Meditation in the workplace is a popular trend nowadays.

It is so because the management in corporate cultures is beginning to understand what meditation really means.

Meditation was thought to be a factor of hindrance in the competitive market where workers are treated as profit-generating robots (although they do not say it to you explicitly).

Human resource in the 21st century is quite a complicated matter because seven billion people have seven billion different worlds (the world of their minds).

Even in a moderately-sized company, each employee has his or her own construct of how the world should be, how the company should be run, how the management should be and how to go about office affairs (along with a host of associated workplace activities).

Each mind (and there are all kinds) is a world in itself. When the mind is the master and not the servant, life becomes – well you are living it (meditate!) Buddha made mind a servant.

He was born in Nepal. But the issue is not where the Buddha was born; rather how did the Buddha make his mind a good servant? What was Buddha's contribution all about? Meditation is another name for awareness. Whatever an aware person does, he does it right. Are we aware people? Are we eating right (Samyak Bhojan)? Are we sleeping right (Samyak Nidra)? Are our relationships balanced (Samyak Sambandh)? Do we have balanced speech (Samyak Vaani)? To sum up, do we have a holistic approach to life and work? Meditation in the workplace is all about bringing awareness, balance and consciousness to the work we do – not just during office time but throughout our lives.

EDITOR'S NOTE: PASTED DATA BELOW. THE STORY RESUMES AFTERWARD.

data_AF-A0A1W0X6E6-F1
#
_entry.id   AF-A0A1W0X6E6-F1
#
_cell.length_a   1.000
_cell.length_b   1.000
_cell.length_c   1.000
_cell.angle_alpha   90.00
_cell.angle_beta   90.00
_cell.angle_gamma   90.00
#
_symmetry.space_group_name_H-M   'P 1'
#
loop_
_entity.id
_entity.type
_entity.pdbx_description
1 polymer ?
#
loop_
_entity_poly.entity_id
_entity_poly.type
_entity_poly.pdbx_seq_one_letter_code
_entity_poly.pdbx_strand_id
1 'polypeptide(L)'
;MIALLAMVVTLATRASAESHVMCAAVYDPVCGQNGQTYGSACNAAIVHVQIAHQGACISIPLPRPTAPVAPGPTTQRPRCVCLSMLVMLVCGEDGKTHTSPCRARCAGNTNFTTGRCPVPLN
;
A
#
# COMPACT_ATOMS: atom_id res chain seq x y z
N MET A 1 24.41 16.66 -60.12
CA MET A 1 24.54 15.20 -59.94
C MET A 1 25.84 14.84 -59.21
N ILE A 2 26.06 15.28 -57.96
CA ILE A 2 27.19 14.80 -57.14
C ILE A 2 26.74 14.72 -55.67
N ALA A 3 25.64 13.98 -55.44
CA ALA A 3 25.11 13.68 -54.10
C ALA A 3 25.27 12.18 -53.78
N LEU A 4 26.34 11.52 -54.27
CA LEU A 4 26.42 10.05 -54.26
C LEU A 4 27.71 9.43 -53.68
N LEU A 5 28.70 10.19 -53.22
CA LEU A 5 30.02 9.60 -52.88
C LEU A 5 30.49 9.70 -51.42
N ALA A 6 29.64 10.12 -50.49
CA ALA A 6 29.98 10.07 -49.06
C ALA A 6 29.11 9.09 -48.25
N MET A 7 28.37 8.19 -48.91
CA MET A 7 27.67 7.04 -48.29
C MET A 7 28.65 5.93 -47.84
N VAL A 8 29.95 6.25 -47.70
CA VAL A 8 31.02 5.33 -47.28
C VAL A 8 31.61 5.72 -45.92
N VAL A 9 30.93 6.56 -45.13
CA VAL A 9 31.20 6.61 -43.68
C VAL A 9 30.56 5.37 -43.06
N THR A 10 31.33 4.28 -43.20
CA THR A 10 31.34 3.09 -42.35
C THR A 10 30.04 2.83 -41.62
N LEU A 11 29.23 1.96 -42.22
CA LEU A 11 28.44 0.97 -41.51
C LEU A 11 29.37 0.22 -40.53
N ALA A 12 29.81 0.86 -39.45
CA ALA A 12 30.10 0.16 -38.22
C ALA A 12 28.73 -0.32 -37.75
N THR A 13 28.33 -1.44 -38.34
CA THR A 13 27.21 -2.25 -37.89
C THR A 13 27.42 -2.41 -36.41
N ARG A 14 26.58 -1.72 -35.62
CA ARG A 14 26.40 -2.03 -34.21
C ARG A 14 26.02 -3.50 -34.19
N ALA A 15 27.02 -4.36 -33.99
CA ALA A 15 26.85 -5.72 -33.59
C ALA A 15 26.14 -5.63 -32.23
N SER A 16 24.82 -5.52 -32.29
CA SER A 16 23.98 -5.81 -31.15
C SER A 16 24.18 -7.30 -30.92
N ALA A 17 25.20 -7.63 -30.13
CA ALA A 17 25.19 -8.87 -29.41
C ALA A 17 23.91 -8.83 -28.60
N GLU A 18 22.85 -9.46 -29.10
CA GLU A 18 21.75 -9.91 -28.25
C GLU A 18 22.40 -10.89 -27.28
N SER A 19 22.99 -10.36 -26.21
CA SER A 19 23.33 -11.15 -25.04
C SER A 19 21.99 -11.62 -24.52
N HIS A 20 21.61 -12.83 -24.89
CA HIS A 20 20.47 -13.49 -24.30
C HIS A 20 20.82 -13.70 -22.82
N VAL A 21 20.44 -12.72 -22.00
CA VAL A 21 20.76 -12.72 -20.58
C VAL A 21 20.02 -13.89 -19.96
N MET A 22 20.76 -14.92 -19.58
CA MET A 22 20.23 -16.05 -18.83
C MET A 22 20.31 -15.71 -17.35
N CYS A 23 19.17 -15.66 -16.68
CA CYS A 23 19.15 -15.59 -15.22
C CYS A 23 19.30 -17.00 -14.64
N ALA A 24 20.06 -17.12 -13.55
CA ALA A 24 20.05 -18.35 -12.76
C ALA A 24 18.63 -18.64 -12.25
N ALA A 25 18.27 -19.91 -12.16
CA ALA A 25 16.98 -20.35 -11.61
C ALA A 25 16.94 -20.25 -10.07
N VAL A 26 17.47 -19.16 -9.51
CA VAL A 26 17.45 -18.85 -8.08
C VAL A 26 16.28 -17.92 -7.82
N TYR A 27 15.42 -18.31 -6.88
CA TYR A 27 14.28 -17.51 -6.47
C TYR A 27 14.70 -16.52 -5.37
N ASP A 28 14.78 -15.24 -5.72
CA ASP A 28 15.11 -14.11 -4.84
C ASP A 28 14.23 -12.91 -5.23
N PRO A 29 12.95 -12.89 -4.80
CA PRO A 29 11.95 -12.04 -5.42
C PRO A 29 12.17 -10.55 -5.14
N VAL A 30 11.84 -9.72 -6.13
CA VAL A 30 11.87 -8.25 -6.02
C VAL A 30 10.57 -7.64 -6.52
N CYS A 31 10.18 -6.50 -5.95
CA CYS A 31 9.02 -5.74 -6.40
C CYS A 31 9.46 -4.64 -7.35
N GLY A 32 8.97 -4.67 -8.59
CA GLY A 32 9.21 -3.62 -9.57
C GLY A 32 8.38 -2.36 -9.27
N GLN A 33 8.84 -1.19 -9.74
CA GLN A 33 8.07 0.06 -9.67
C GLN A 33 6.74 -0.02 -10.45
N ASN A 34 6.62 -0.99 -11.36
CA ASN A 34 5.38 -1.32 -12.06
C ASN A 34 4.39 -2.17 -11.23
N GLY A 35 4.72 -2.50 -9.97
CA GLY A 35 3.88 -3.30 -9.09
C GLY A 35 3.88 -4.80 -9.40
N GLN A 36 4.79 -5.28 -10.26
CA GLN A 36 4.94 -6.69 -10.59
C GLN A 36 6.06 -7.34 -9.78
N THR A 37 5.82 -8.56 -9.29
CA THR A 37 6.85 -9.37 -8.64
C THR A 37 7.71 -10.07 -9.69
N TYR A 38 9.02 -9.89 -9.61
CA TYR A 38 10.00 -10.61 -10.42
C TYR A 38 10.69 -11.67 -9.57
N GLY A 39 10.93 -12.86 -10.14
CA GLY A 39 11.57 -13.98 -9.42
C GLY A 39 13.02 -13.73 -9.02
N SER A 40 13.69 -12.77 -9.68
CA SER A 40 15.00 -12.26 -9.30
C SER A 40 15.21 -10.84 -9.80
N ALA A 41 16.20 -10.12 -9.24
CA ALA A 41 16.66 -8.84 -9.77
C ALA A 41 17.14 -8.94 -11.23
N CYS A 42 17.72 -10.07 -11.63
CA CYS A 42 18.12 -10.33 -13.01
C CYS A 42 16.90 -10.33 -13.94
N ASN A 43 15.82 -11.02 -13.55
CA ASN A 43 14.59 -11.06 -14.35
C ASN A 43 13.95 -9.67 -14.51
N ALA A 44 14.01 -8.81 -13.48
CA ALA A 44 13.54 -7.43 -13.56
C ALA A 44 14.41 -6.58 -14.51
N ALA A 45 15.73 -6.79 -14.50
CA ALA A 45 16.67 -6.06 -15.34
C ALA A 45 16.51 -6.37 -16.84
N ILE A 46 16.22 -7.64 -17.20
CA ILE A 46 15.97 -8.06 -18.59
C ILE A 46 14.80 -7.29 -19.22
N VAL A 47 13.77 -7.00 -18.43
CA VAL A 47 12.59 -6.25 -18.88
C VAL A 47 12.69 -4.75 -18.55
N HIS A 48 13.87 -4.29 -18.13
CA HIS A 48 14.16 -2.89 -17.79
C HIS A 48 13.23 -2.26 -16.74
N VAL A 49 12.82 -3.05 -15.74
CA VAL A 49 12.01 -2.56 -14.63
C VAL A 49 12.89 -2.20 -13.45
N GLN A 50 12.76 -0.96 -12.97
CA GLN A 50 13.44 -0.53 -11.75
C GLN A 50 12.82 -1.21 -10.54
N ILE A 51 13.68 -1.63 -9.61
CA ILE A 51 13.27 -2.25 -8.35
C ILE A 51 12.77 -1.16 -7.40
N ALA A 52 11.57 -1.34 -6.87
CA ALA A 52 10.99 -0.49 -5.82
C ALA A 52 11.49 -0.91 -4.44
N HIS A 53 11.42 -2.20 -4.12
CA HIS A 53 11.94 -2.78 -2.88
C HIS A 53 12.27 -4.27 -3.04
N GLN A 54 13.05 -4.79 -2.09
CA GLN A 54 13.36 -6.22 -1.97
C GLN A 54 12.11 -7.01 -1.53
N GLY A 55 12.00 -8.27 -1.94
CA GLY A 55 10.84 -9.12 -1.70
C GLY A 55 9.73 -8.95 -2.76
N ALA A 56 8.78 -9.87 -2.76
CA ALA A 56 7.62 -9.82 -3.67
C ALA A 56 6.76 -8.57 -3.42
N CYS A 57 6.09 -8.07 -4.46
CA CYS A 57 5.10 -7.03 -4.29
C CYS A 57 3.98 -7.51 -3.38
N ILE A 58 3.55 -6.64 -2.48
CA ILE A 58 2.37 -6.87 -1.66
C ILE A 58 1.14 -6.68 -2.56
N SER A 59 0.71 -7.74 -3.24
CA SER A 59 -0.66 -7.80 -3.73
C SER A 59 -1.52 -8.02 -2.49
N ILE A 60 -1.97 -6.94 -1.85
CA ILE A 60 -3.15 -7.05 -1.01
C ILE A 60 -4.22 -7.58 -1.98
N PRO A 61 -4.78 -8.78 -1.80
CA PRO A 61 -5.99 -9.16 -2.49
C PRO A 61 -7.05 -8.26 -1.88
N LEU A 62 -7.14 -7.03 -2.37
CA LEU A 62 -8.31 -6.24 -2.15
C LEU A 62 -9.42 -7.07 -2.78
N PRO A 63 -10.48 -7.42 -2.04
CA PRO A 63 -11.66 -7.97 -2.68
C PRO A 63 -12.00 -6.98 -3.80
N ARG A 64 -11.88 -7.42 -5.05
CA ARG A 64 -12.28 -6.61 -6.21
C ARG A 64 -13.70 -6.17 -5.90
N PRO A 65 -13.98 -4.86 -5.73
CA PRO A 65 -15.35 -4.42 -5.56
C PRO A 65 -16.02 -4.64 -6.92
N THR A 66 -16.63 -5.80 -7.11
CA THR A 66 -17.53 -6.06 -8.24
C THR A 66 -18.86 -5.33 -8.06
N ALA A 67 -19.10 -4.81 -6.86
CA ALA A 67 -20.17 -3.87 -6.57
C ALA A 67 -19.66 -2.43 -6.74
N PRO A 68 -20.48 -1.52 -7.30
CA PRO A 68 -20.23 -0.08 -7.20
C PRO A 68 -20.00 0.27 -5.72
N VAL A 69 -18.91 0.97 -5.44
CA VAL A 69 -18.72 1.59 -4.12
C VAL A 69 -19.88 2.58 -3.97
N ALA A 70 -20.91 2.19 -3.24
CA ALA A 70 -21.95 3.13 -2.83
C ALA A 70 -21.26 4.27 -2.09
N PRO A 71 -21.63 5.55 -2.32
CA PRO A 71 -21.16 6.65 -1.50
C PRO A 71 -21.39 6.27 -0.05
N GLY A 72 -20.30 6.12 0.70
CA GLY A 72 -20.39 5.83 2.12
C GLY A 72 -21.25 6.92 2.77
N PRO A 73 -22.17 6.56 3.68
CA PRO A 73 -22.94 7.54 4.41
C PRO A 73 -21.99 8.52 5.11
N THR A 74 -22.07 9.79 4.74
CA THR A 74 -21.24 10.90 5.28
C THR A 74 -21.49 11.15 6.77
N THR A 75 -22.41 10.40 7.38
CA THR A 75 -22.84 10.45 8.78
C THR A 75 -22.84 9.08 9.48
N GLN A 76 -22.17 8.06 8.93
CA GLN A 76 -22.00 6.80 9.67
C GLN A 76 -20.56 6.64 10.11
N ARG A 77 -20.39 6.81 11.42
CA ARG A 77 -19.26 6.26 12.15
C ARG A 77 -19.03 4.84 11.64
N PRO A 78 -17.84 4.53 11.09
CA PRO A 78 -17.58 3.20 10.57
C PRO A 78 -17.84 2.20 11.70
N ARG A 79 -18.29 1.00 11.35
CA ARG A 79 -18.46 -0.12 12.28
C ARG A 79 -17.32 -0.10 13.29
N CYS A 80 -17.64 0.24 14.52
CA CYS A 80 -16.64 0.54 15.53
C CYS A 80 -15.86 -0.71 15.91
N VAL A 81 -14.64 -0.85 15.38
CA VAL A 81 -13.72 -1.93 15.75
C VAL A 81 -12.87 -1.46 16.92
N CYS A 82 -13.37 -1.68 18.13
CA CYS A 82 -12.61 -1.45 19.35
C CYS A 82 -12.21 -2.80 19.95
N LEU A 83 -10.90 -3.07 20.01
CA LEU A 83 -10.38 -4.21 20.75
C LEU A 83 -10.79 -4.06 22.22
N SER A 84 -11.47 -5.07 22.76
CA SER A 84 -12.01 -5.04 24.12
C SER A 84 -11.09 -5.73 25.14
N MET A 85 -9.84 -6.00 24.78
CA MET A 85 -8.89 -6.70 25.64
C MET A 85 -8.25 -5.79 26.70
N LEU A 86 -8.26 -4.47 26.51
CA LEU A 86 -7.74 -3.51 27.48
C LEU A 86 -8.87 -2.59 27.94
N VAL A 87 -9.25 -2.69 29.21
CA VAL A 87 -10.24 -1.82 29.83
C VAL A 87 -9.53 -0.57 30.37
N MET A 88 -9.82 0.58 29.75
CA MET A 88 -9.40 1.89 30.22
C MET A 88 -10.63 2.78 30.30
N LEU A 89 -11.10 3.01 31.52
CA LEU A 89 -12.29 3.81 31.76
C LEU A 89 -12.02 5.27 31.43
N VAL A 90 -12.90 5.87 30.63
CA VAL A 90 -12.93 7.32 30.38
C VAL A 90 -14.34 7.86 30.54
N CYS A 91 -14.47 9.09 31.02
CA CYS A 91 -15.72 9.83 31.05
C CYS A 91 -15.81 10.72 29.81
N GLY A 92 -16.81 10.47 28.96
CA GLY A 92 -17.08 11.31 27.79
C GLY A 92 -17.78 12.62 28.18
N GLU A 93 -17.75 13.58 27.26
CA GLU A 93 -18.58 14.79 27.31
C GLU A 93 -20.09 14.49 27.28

Meditation means no medication.

Not just physically but also mentally, spiritually, materially and ethereally. We are missing the spiritual aspects in our life and more concentrated on the material. Meditation brings balance. A person with meditative awareness is not involved in politics, unethical profit-mongering, tense office grapevines and or other derogatory conduct.

Therefore, meditation needs to permeate the workplace so that it can be turned into a place that the employees would want to come to. A second home where there is work but with playfulness and fun; no seriousness but responsiveness; no forced assignment but self-taken responsibility, no disciplinary actions but selfaware individuals; no tough talks but conscious conversations, no managers (because they age a man) but mentors, and the list goes on.

Remember, Buddha was born in Nepal, and we are Nepalis.

Now show me your 'citizenship'.

A version of this article appears in the print on July 14 2021, of The Himalayan Times.